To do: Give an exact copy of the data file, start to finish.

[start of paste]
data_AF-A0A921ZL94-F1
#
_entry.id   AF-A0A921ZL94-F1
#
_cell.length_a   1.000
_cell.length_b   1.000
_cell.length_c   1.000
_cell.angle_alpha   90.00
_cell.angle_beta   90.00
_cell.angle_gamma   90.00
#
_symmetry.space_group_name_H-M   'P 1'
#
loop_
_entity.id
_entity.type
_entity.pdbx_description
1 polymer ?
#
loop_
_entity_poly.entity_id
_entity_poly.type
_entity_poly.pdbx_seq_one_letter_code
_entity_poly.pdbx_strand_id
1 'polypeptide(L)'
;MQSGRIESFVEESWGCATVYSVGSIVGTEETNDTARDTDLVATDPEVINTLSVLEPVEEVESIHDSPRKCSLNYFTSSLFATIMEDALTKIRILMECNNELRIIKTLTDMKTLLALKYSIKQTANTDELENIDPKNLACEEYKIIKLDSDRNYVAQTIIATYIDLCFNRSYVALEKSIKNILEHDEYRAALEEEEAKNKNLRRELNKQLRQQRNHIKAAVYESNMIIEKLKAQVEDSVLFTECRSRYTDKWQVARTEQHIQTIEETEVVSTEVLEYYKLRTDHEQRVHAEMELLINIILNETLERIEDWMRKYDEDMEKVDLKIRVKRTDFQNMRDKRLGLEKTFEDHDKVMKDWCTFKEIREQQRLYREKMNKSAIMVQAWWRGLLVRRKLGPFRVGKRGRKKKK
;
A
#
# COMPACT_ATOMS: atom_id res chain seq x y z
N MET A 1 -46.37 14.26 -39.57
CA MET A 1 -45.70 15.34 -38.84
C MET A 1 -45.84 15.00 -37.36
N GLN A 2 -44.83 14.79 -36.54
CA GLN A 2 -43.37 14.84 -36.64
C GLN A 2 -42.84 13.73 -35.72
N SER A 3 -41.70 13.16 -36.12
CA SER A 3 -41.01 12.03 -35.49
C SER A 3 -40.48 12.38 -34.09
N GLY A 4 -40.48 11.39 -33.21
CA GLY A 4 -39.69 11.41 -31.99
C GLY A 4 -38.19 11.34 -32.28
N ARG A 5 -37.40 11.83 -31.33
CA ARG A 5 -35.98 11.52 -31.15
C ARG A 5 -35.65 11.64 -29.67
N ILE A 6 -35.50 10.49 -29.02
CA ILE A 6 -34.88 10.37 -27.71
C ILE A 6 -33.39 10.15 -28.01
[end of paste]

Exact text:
data_AF-A0A921ZL94-F1
#
_entry.id   AF-A0A921ZL94-F1
#
_cell.length_a   1.000
_cell.length_b   1.000
_cell.length_c   1.000
_cell.angle_alpha   90.00
_cell.angle_beta   90.00
_cell.angle_gamma   90.00
#
_symmetry.space_group_name_H-M   'P 1'
#
loop_
_entity.id
_entity.type
_entity.pdbx_description
1 polymer ?
#
loop_
_entity_poly.entity_id
_entity_poly.type
_entity_poly.pdbx_seq_one_letter_code
_entity_poly.pdbx_strand_id
1 'polypeptide(L)'
;MQSGRIESFVEESWGCATVYSVGSIVGTEETNDTARDTDLVATDPEVINTLSVLEPVEEVESIHDSPRKCSLNYFTSSLFATIMEDALTKIRILMECNNELRIIKTLTDMKTLLALKYSIKQTANTDELENIDPKNLACEEYKIIKLDSDRNYVAQTIIATYIDLCFNRSYVALEKSIKNILEHDEYRAALEEEEAKNKNLRRELNKQLRQQRNHIKAAVYESNMIIEKLKAQVEDSVLFTECRSRYTDKWQVARTEQHIQTIEETEVVSTEVLEYYKLRTDHEQRVHAEMELLINIILNETLERIEDWMRKYDEDMEKVDLKIRVKRTDFQNMRDKRLGLEKTFEDHDKVMKDWCTFKEIREQQRLYREKMNKSAIMVQAWWRGLLVRRKLGPFRVGKRGRKKKK
;
A
#
# COMPACT_ATOMS: atom_id res chain seq x y z
N MET A 1 -46.37 14.26 -39.57
CA MET A 1 -45.70 15.34 -38.84
C MET A 1 -45.84 15.00 -37.36
N GLN A 2 -44.83 14.79 -36.54
CA GLN A 2 -43.37 14.84 -36.64
C GLN A 2 -42.84 13.73 -35.72
N SER A 3 -41.70 13.16 -36.12
CA SER A 3 -41.01 12.03 -35.49
C SER A 3 -40.48 12.38 -34.09
N GLY A 4 -40.48 11.39 -33.21
CA GLY A 4 -39.69 11.41 -31.99
C GLY A 4 -38.19 11.34 -32.28
N ARG A 5 -37.40 11.83 -31.33
CA ARG A 5 -35.98 11.52 -31.15
C ARG A 5 -35.65 11.64 -29.67
N ILE A 6 -35.50 10.49 -29.02
CA ILE A 6 -34.88 10.37 -27.71
C ILE A 6 -33.39 10.15 -28.01